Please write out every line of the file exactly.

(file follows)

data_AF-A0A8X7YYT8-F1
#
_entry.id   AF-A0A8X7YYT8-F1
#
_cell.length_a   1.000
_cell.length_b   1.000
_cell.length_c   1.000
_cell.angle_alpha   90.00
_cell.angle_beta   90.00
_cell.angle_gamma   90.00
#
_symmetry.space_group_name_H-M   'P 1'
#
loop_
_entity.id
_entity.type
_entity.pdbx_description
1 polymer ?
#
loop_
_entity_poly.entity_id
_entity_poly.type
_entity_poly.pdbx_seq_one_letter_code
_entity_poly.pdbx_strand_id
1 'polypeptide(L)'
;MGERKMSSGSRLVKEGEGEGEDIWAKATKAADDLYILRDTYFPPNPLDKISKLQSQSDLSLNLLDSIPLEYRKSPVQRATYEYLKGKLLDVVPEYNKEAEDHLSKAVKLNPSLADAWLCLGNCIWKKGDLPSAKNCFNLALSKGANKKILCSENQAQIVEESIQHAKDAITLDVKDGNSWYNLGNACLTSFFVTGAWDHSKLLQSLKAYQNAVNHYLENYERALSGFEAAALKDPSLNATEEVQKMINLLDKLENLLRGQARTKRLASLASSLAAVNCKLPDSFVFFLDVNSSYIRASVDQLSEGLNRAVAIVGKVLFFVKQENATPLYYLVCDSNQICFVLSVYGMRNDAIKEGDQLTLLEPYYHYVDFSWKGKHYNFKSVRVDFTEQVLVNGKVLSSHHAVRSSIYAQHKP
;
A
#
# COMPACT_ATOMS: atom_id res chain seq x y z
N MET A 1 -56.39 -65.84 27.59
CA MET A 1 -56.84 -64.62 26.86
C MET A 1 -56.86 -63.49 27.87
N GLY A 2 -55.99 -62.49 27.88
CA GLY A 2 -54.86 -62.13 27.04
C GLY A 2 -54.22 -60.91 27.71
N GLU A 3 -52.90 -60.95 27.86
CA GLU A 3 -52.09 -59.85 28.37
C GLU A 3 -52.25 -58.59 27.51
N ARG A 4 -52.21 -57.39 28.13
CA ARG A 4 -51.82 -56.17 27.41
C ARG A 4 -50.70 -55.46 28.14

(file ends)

data_AF-A0A8X7YYT8-F1
#
_entry.id   AF-A0A8X7YYT8-F1
#
_cell.length_a   1.000
_cell.length_b   1.000
_cell.length_c   1.000
_cell.angle_alpha   90.00
_cell.angle_beta   90.00
_cell.angle_gamma   90.00
#
_symmetry.space_group_name_H-M   'P 1'
#
loop_
_entity.id
_entity.type
_entity.pdbx_description
1 polymer ?
#
loop_
_entity_poly.entity_id
_entity_poly.type
_entity_poly.pdbx_seq_one_letter_code
_entity_poly.pdbx_strand_id
1 'polypeptide(L)'
;MGERKMSSGSRLVKEGEGEGEDIWAKATKAADDLYILRDTYFPPNPLDKISKLQSQSDLSLNLLDSIPLEYRKSPVQRATYEYLKGKLLDVVPEYNKEAEDHLSKAVKLNPSLADAWLCLGNCIWKKGDLPSAKNCFNLALSKGANKKILCSENQAQIVEESIQHAKDAITLDVKDGNSWYNLGNACLTSFFVTGAWDHSKLLQSLKAYQNAVNHYLENYERALSGFEAAALKDPSLNATEEVQKMINLLDKLENLLRGQARTKRLASLASSLAAVNCKLPDSFVFFLDVNSSYIRASVDQLSEGLNRAVAIVGKVLFFVKQENATPLYYLVCDSNQICFVLSVYGMRNDAIKEGDQLTLLEPYYHYVDFSWKGKHYNFKSVRVDFTEQVLVNGKVLSSHHAVRSSIYAQHKP
;
A
#
# COMPACT_ATOMS: atom_id res chain seq x y z
N MET A 1 -56.39 -65.84 27.59
CA MET A 1 -56.84 -64.62 26.86
C MET A 1 -56.86 -63.49 27.87
N GLY A 2 -55.99 -62.49 27.88
CA GLY A 2 -54.86 -62.13 27.04
C GLY A 2 -54.22 -60.91 27.71
N GLU A 3 -52.90 -60.95 27.86
CA GLU A 3 -52.09 -59.85 28.37
C GLU A 3 -52.25 -58.59 27.51
N ARG A 4 -52.21 -57.39 28.13
CA ARG A 4 -51.82 -56.17 27.41
C ARG A 4 -50.70 -55.46 28.14